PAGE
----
• Universal principal of “ vital few and trivial many ”
    • Generally 20% of something responsible for 80% of resu lt
    • Implication to focus on vital
    Vital few Trivial many
  • 8. Due to prioritizing, time , and budget constraints in marketing research we often deal with imperfect data from various sources
    • 1 available time
    • 2 budget constraints
    • 3 risk awareness / prioritizations
  • 9. The “new” marketing research is emerging CONTEXT EVALUATION APPLICATION ROBUSTNESS DVL Smith and JH Fletcher. T he art & science of interpreting market research evidence NEW OLD Presentation with reccomendations Orthodox statistical tests Checking with previous results Reliability and validity MR involved in decision-making process Intuition Checking against broader marketing information context Critical combination of various imperfect data sources
  • 10. What are the trends in marketing research?
    • Graphical presentations
    • Analysis
    • Survey design
    • Qualitative
    • Reporting
      • Web based methods using internet access panels
      • Back to F2F surveys using mobile devices equiped with GPS
      • Single source big questionnaires using self-interviewing
      • Reduction of less-important information
      • Presentation of results on theoretical marketing models
      • Nominal variables analysis
      • Analysis of huge datasets – transactional databases (data cleaninig, mostly aggregation, segmentation)
      • Data mining with emphasis on prediction
      • Network analysis
      • Complex quanti / quali survey designs
      • Observation
      • Ethnographical research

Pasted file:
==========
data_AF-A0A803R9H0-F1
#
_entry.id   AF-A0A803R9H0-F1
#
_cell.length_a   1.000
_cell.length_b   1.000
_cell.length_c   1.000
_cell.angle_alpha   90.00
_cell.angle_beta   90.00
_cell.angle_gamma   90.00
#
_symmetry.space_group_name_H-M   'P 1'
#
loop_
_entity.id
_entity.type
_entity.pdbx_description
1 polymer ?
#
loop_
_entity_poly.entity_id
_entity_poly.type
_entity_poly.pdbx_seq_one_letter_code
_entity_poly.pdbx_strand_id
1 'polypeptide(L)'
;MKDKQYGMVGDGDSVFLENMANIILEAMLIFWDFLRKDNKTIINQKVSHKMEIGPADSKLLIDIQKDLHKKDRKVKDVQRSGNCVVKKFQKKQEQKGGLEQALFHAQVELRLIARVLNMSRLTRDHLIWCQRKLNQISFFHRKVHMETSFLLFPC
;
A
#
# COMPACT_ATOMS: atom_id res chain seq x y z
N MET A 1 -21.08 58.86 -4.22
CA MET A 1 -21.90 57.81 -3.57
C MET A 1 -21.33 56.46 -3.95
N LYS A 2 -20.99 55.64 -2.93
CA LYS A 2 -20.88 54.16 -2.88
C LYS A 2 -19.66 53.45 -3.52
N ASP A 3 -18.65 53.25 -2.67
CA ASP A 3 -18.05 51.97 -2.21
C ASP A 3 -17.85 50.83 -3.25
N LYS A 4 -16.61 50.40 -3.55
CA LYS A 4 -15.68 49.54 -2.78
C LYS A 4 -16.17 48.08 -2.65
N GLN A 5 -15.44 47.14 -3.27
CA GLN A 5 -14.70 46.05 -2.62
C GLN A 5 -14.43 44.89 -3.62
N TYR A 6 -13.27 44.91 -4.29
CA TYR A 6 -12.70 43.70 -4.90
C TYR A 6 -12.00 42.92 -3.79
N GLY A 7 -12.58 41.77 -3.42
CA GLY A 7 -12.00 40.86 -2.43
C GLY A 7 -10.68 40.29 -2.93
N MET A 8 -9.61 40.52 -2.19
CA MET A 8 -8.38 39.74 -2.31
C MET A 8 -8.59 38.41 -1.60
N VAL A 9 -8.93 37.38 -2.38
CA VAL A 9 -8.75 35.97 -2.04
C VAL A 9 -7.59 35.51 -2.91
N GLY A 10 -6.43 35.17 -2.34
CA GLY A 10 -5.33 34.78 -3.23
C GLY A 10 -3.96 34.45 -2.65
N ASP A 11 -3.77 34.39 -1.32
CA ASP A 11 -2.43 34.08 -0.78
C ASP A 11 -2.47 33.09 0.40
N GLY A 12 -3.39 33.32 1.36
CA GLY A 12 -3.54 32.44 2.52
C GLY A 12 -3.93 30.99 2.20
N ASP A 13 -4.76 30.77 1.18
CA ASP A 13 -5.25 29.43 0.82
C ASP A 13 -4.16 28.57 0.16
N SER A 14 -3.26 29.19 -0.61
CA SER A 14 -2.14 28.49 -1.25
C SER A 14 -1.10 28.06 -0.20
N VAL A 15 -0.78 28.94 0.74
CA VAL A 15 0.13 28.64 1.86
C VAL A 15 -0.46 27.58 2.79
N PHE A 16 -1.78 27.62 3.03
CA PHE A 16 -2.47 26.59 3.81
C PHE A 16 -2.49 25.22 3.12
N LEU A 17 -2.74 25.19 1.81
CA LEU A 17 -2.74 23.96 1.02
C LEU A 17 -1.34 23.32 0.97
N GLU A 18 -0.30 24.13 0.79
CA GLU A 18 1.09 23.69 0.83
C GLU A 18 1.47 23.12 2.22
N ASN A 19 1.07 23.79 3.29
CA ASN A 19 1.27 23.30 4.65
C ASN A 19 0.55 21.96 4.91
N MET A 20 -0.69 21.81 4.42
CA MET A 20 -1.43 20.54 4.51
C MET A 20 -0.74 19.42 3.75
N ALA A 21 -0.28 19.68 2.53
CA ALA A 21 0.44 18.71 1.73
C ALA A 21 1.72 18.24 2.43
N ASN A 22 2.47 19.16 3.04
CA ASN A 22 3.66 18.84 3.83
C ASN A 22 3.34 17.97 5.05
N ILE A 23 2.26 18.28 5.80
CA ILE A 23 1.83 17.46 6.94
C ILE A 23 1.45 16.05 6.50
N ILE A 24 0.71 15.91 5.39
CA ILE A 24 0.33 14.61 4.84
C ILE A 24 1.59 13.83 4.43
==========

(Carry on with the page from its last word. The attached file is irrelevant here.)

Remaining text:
• Semiotics
    • Data collection
      • Automati s ation of all phases
      • Web interfaces for better results distribution
      • Simplified analytical tools for data analysis
  • 11. Academia  Marketing research
    • Personal network of influences of product characteristics, benefits and values
  • 12. Pyramid charts for hierahical marketing models graphical presentation
    • Graphical presentation of brand strength in pate product category in Bosnia
  • 13. “ Snowflake” chart presents where are the biggest differencies between two subgroups
  • 14. Employment in private marketing research sector?
    • To what extent is survey design conducted in the same way? (e.g. sampling procedures, question wording, etc.);
    • To what extent are the surveys themselves conducted in the same way? (e.g. phone v/s face-to-face ; separate v/s “omnibus” surveys);
    • Are the same ethical rules and procedures applied? (e.g. anonymity of respondents, etc.);
    • To what extent is the data shared and made available to the broader community ? (openness v/s protection of data & “embargo”);
    • Data analysis techniques: are some specific techniques developed only for purely academic, or only for purely “market-oriented” surveys?
    • Employment prospects : to what extent does the work market follow the same logic in the two “worlds”, for advanced social science students with quantitative (statistical) training?
  • 15. Where both worlds meet?
    • An idea results from a new combination of
    • specific knowledge about product and people
    • with
    • general knowledge about life and events .
    J ames Webb Young ( 1960 ): A Technique for Producing Ideas
  • 16. Zenel Batagelj [email_address]